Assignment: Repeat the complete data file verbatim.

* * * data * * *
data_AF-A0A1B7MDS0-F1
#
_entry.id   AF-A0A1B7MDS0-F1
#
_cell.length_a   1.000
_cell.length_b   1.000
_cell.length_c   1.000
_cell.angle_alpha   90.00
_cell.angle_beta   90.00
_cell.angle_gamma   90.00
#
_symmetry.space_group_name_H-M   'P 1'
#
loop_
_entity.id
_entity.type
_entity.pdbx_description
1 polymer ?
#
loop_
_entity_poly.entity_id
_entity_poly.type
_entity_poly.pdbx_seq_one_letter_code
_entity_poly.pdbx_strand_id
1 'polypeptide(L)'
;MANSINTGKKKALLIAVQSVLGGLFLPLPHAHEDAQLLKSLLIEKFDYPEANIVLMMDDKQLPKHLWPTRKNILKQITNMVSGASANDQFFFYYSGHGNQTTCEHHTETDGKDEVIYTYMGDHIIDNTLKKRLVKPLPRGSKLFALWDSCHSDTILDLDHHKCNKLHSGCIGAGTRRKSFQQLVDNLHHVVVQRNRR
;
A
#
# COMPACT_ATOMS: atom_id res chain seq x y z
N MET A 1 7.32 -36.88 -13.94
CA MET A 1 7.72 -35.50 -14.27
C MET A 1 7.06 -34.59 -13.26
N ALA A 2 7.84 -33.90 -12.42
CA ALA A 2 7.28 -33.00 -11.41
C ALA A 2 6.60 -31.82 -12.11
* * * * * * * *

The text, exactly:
data_AF-A0A1B7MDS0-F1
#
_entry.id   AF-A0A1B7MDS0-F1
#
_cell.length_a   1.000
_cell.length_b   1.000
_cell.length_c   1.000
_cell.angle_alpha   90.00
_cell.angle_beta   90.00
_cell.angle_gamma   90.00
#
_symmetry.space_group_name_H-M   'P 1'
#
loop_
_entity.id
_entity.type
_entity.pdbx_description
1 polymer ?
#
loop_
_entity_poly.entity_id
_entity_poly.type
_entity_poly.pdbx_seq_one_letter_code
_entity_poly.pdbx_strand_id
1 'polypeptide(L)'
;MANSINTGKKKALLIAVQSVLGGLFLPLPHAHEDAQLLKSLLIEKFDYPEANIVLMMDDKQLPKHLWPTRKNILKQITNMVSGASANDQFFFYYSGHGNQTTCEHHTETDGKDEVIYTYMGDHIIDNTLKKRLVKPLPRGSKLFALWDSCHSDTILDLDHHKCNKLHSGCIGAGTRRKSFQQLVDNLHHVVVQRNRR
;
A
#
# COMPACT_ATOMS: atom_id res chain seq x y z
N MET A 1 7.32 -36.88 -13.94
CA MET A 1 7.72 -35.50 -14.27
C MET A 1 7.06 -34.59 -13.26
N ALA A 2 7.84 -33.90 -12.42
CA ALA A 2 7.28 -33.00 -11.41
C ALA A 2 6.60 -31.82 -12.11